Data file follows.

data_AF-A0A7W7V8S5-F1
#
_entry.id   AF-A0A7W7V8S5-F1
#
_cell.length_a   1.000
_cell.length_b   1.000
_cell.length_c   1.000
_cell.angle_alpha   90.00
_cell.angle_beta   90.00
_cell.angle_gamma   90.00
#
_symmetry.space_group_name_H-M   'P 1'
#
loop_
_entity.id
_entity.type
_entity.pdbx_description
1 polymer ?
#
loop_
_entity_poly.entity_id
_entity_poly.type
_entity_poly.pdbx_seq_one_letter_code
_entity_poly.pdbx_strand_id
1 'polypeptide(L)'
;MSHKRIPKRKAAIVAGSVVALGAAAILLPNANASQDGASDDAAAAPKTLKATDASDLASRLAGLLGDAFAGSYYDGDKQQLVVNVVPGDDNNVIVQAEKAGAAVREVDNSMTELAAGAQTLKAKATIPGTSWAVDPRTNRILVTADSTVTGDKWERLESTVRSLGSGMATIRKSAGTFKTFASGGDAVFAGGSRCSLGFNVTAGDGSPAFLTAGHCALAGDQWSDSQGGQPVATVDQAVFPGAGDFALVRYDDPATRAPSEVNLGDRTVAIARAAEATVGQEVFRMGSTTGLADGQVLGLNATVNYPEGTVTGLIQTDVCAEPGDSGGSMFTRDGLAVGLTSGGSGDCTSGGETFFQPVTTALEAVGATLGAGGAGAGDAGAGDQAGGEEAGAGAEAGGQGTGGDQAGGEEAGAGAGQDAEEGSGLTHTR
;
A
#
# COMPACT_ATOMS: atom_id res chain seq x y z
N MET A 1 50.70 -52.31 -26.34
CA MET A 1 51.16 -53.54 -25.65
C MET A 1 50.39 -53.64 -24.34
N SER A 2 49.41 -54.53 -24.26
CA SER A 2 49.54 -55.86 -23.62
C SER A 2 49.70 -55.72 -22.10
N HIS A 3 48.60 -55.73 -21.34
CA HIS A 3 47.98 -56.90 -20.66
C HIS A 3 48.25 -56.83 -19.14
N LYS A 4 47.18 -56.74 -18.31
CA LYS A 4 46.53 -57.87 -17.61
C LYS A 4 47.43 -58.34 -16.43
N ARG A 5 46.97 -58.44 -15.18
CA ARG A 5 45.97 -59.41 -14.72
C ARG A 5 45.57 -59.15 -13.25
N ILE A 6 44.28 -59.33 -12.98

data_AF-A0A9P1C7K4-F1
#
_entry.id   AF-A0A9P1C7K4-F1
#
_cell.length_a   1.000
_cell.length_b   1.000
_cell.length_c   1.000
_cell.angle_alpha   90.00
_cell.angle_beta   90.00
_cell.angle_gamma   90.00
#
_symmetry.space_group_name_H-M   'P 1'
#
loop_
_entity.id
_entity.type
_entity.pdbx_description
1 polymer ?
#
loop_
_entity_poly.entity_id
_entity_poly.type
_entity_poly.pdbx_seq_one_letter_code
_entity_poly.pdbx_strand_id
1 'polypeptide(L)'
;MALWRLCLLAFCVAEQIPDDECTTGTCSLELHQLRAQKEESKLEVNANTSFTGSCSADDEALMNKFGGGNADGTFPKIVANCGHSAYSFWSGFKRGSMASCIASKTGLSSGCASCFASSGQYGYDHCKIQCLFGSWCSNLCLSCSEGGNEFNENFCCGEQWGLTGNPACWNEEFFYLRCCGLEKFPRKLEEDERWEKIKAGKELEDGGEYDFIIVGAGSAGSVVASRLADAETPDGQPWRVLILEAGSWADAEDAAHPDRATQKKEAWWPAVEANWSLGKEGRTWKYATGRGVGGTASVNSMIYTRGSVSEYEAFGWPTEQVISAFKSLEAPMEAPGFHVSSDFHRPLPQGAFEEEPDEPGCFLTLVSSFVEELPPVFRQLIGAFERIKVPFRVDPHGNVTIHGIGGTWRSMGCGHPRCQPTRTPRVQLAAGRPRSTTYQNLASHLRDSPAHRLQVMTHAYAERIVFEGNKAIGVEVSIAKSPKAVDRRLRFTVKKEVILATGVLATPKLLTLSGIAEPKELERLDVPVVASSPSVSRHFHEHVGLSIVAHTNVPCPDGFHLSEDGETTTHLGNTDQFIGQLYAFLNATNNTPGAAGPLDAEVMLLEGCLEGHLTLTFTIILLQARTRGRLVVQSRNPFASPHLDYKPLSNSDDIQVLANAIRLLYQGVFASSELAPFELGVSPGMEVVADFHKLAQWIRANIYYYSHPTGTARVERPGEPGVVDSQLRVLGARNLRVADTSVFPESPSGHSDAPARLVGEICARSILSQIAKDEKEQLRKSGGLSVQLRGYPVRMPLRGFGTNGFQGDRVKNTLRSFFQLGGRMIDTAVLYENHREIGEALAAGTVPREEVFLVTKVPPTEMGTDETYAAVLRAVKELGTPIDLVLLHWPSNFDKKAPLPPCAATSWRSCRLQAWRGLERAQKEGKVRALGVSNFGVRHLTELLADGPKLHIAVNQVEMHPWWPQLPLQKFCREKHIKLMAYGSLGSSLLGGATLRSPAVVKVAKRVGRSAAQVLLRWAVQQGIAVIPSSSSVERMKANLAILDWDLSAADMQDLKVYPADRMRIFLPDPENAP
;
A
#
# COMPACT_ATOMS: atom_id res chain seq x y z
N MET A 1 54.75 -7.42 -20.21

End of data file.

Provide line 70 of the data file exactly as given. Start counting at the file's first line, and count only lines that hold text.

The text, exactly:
_entity_poly.pdbx_strand_id